Do you know exactly what drug he takes and how much? Whether he gets it from his doctor....or an on-line pharmacy? I just wondered about this, as you mention he admitted to his taking up pills again, before you noticed his behavior changing. (I know, for certain that except for my closest friend, others have not detected my "secret" (and I am now tapering.) The "highs" and "lows" I've experienced are not discernable to others--just as no one, except those I tell, know I suffer from such awful clinical depression without my antidepresants. Even when I had to take a 3 month medical leave during one particularly bad episode, I still don't think that I had convinced my friend and workmate that I had fallen into a black abyss and could not even get out of bed. could not eat, think, etc. She insisted that I hadn't been that way the week before I took the leave. But she was soooooo wrong! So, sometimes we do not know for certain when even our own family member is anxious, depresed and using drugs to lessen the symptoms.

    From what you wrote, your husband has a lot of love in him--and the death of his mother--so soon after his father--must have been a horrendous blow. For eight yeears my sister and I cared for my mother, who suffered from dementia, caused by mini strokes in the brain. It was so heartbreaking--almos unbearable--to see her suffering. She KNEW what was happening to her mind. I am mentioning this because my sister and fel like our hydros (Vicodin ES) pulled us through that period! As much as we knew and kept learning about the dangers of this drug--these Vicodin pills produced the only "sense of well-being" that broke through over the entire 8 year period of 24/7 sadness. So, I can understand, in a way, how your husband felt after losing his mother.he had felt. (We took about 7 a day then.) But his problem sounds out-of-control--needing more and more--and using family monies to pay for them, in spite of his great love for you all. I do hope that you help him deal with his problem one more time....though I know how awful it must be for you--and your children. Other than detox programs...does he have a sympathetic psychiatrist, who he can talk with? Is there possibly an underlying clinical depression there, that might be eased with antidepressants? The antidepresants that I took (and still take) are such miracle drugs for me. I know that they've helped me with my taper plan.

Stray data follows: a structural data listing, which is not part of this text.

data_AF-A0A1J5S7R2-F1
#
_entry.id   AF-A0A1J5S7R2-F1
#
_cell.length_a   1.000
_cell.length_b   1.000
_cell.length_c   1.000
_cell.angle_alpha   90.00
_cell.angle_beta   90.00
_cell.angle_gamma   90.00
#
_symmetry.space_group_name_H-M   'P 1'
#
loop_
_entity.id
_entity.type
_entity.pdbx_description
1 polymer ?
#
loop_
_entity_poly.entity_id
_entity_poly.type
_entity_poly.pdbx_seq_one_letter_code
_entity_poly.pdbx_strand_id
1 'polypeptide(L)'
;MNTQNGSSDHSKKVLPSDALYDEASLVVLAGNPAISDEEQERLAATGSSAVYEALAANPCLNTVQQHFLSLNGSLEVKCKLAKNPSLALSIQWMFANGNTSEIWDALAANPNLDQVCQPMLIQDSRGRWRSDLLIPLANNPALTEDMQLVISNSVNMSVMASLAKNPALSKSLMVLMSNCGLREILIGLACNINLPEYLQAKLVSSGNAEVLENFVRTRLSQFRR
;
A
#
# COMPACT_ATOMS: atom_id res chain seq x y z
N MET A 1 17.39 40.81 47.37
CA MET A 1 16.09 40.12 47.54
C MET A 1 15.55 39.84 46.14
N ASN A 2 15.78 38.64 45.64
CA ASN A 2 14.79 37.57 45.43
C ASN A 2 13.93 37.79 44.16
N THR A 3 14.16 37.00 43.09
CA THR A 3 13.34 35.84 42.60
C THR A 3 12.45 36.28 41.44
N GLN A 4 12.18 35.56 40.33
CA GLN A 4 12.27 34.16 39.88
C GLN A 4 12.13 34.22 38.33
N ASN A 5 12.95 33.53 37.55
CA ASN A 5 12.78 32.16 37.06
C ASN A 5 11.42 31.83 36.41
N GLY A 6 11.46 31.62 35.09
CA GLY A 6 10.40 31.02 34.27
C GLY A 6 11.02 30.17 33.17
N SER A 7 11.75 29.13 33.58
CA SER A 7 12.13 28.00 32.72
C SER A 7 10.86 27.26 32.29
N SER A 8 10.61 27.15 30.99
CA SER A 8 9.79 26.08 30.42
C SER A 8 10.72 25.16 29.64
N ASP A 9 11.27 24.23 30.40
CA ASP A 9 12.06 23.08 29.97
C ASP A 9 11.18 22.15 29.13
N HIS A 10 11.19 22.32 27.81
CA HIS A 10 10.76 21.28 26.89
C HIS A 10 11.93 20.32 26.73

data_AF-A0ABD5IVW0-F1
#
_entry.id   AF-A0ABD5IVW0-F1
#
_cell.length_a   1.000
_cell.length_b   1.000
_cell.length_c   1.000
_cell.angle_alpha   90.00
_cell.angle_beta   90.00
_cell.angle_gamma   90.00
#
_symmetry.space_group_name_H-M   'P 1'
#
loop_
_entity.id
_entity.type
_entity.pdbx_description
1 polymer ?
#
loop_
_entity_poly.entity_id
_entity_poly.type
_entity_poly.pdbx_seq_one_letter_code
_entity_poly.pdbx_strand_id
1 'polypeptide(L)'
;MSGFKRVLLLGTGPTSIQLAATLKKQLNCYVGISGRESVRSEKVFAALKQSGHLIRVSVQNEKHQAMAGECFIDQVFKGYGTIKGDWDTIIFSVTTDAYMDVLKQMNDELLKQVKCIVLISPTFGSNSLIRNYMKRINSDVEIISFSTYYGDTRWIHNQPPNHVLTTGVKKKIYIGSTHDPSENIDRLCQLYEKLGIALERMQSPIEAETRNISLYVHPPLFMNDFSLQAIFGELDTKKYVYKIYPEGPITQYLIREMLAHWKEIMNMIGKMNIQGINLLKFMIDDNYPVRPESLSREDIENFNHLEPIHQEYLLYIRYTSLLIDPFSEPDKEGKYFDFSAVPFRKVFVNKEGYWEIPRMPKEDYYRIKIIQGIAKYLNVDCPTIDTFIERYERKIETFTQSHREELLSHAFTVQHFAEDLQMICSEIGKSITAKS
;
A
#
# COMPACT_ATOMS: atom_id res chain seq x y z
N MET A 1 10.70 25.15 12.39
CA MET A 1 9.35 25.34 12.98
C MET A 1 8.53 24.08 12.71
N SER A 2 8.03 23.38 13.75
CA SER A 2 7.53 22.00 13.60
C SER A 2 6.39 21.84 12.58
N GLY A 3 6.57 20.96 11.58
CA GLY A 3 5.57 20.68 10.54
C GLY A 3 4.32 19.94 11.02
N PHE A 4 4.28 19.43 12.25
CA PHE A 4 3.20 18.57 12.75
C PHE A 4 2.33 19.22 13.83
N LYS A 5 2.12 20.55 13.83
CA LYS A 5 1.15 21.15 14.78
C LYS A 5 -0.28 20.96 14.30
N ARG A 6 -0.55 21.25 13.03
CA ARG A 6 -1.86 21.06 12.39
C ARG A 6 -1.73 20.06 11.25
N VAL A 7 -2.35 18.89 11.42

Please write back and let us all know how you're doing. You'll find some very informed (and kind) people on this Board, who sure do know their brain chemistry--and how drugs can alter it. You'll get lots of psychological comfort here, as well. Hope things work out for you.

    Lynn

     
    Old 02-08-2004, 11:24 AM   #5
    chefob1
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    Re: Husband's Addiction

    im 44 and got divorced because of my addiction to opiates...i too have chikldren,two 9 and 12 and left my family devastated....it was pain med that was my downfall because of a injury and that led to heroin cause of its opiate tendencies also..my wife makes 70,000 a year though and she lives in the house i biult for 300,000....he has to make the determination to quit...whether he starts to a/a or n/a...what type of drugs?....i too love my children but drugs became selffish....my in-laws found out about me too and it not only was embarrasing,cause folks dont understand opiate addiction/pharmecy drug addiction....they also obviously turned against me too....its a long hard day/day recovery...understanding addiction helps...try alanon if you are to try to work it out...for the kids,trust me....trust is hard to recover but it is recoverable...my wife thru me out and regretted it two years later...so did i....chef

     
    Old 02-08-2004, 03:30 PM   #6
    Mart7
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    Re: Husband's Addiction

    Your kindness and responses mean more than I can even express. I can't tell you how comforting your wisdom is to me. As far as the financial part goes, I agree, it is necessary I open another account to ensure he doesn't get access to the money my parents are giving us to help in the interim. This is all so strange, because I feel like I have been walking around in a fog -- barely functioning myself; it has almost been as though I have been in a period of mourning ... not knowing what to do. So, in a sense his addiction became my addiction because I have literally been paralyzed from taking any sort of action -- just basically sitting around feeling sorry for myself, crying, or sleeping to escape the reality of this nightmare. I can't tell you how empowering it was to have my mom comfront me (with concern and compassion), I just burst into tears about all we have gone through (my children and I) and it all just came pouring out of me.